Frederick Douglass Joseph Barker, October 16, 1847
FREDERICK DOUGLASS TO JOSEPH BARKER1Joseph Barker (1806–76), a British clergyman and abolitionist, was the editor of the Newcastle-upon-Tyne Christian, and he published an edition of Douglass’s Narrative during the latter’s ﬁrst trip to Britain in 1846. A controversial figure, Barker was expelled from the Methodist New Connection in 1841, and he was arrested for advocating Chartism in 1848. From 1851 to 1860, he resided in the United States, where he actively participated in the abolition movement. Douglass Papers, ser. 2, 1:88–89; Joseph Barker, The Life of Joseph Barker, ed. John Thomas Barker (London, 1880); Betty Fladeland, “ ‘Our Cause Being One and the Same’: Abolitionists and Chartism,” in Slavery and British Society, 1776–1846, ed. James Walvin (Baton Rouge, La., 1982), 95; DNB, 1:1124–26.
Lynn, Mass. 16 Oct[ober] 1847.
MY DEAR FRIEND,—
I have just returned from a long and severe tour through the Western States. I was absent from home nearly three months—during which time I have travelled more than three-thousand miles—attended more than one-hundred public meetings—delivered one-hundred and fifty addresses—spoken to more than fifty thousand of my fellow-countrymen, and am again at home safe and sound, in the best health and spirits.2Douglass toured Pennsylvania, Ohio, and New York extensively from early August to early October 1847. Your kind letter3Joseph Barker’s letter to Douglass has not been located. was gladly received, and should have been earlier acknowledged, but for absence from home: and even now I can only say a word. I have a pile of transatlantic letters before me, the accumulation of three months. I can assure you that neither yourself, family, nor friends are forgotten. Your names, faces, tempers and dispositions are distinctly before me. I have many good talks with Walker4James W. Walker.—(who by the way is doing noble work for the slave,) concerning you—I felt myself fortunate in having a travelling companion acquainted with you—it went far to enliven and sweeten our conversation. You refer to the libellous and slanderous efforts to destroy me soon after my arrival here.5In June 1847, the editor of the New York Subterranean, Mike Walsh, reported that Douglass had been seen in the company of a white woman in the ladies’ gallery of the Albany state house. Lib., 4 June 1847. I am happy to inform you—that those slanderous efforts have been of advantage rather than injury to me. The vile man who made up the story is such a notorious liar, that he would be not be believed even were he to speak truly.6Douglass addressed these charges in a letter to William Lloyd Garrison dated 7 June 1847. That letter appears in this volume. There is not probably a week that passes, but he forges a puff of himself, and pretends to copy it from some respectable paper. He lives a good part of his time in the House of Correction, for slander and other crimes.7Walsh was associated with some of the seamier sides of New York City politics, and he served prison time at least twice for libelous remarks in his editorials. Wilentz, Chants Democratic, 329; DAB, 19:390–91. His words are powerless—except with all that is corrupt and filthy in the community.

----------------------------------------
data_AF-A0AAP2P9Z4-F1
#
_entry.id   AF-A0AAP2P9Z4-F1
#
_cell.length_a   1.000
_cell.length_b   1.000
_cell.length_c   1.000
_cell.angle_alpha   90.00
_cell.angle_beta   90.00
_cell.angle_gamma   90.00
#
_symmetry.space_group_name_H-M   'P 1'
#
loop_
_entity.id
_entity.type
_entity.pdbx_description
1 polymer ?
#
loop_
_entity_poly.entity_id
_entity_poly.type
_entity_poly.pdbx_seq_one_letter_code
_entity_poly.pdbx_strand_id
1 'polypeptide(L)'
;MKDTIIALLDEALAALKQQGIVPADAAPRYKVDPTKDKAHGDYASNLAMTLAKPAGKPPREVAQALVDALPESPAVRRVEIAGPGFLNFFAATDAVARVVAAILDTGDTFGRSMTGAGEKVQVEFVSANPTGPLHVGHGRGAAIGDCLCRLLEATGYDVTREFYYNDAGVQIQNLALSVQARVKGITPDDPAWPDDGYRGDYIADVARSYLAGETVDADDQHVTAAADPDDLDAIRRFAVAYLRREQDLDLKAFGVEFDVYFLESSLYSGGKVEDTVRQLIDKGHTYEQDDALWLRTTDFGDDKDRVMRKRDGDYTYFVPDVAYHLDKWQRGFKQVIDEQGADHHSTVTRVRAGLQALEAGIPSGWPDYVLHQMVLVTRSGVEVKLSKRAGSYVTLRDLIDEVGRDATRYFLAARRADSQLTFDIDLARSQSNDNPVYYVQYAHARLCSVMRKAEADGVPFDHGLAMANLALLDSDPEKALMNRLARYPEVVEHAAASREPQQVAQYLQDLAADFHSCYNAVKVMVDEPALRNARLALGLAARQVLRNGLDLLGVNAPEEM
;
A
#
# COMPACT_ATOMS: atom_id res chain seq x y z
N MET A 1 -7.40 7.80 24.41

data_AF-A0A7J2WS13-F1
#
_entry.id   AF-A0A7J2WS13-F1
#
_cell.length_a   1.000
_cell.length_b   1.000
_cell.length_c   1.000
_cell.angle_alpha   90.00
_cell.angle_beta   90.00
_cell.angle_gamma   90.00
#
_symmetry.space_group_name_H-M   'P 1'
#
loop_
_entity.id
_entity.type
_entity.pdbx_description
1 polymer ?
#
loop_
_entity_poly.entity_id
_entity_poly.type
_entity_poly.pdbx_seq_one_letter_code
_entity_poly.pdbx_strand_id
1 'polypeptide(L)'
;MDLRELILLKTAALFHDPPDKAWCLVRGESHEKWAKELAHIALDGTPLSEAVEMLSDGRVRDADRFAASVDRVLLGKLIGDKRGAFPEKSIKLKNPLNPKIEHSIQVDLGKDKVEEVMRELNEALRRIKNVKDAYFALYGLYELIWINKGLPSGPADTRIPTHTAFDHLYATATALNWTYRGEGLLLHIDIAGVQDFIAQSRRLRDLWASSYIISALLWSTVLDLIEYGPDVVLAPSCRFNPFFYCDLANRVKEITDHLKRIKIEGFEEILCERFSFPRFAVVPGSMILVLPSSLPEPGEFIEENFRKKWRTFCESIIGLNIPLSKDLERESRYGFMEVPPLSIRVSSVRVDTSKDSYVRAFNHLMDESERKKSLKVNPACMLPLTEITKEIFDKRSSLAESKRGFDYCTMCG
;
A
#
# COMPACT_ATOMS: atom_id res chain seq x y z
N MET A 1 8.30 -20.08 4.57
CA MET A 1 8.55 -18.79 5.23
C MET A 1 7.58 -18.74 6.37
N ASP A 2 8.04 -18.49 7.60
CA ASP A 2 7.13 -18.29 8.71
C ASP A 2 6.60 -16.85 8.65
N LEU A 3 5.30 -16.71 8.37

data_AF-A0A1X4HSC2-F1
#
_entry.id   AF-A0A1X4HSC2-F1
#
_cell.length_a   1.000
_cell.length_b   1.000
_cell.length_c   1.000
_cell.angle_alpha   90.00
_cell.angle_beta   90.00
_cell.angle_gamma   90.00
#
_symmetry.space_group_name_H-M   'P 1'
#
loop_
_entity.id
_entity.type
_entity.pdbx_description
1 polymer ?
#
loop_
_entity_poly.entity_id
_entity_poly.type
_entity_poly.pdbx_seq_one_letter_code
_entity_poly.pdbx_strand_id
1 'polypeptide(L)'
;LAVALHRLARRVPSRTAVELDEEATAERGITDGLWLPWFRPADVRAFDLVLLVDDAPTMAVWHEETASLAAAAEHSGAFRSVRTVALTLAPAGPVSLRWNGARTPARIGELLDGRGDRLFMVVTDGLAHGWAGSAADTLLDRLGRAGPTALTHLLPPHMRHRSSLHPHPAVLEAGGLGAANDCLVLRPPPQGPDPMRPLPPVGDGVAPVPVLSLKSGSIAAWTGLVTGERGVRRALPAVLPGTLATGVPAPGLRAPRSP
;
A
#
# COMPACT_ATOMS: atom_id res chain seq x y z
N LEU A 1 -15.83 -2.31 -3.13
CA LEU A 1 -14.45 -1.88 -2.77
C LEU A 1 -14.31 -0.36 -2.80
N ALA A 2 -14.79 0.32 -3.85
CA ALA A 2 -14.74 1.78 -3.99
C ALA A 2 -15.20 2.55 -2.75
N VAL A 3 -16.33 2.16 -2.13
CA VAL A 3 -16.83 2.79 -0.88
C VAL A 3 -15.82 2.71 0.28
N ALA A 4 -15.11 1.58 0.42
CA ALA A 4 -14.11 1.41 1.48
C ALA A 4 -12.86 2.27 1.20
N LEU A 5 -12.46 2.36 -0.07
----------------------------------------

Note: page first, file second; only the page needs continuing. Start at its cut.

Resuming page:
You will kindly remember me to Mr. Holland and family.8The identity of this Mr. Holland cannot be determined, although a Reverend E. Holland of London was among Douglass’s English financial patrons during this period, and a Miss Jessie Holland of Greenside-near-Leeds, where Barker lived, was a contributor to the Boston Anti-Slavery Fair. “List of Donors to Anti-Slavery Bazaar” (n.d.), Anti-Slavery Collection, MB; FDP, 8 January 1852. I shall ever remember them with affectionate gratitude—and they shall hear from me
one day. Joseph, I want you—and the great cause of reform wants you,—in America. Your contemplated visit must not be delayed.9In June 1847, Barker left Britain for a six-month tour of the United States. Douglass was apparently unaware that Barker had already arrived in the United States. Barker, Life, 308; DNB, 1:1125. I want you to have you sow the seeds of truth over those vast Prairies of the West—while in their youth and fertility—and great will be the harvest. I hope to have a Press at work in the West in the early part of next year, and will do all I can to prepare the way.
Make my best love to your own dear family,—Oh, I would give considerable to hear your dear boy sing that noble hymn, which warmed my heart, and made Summer of Winter to my soul. My dear friend, you must excuse this hasty scrawl, and receive my love and with it, that of my family.
PLSr: Newcastle-upon–Tyne Christian, 4:239–40 (1 November 1847).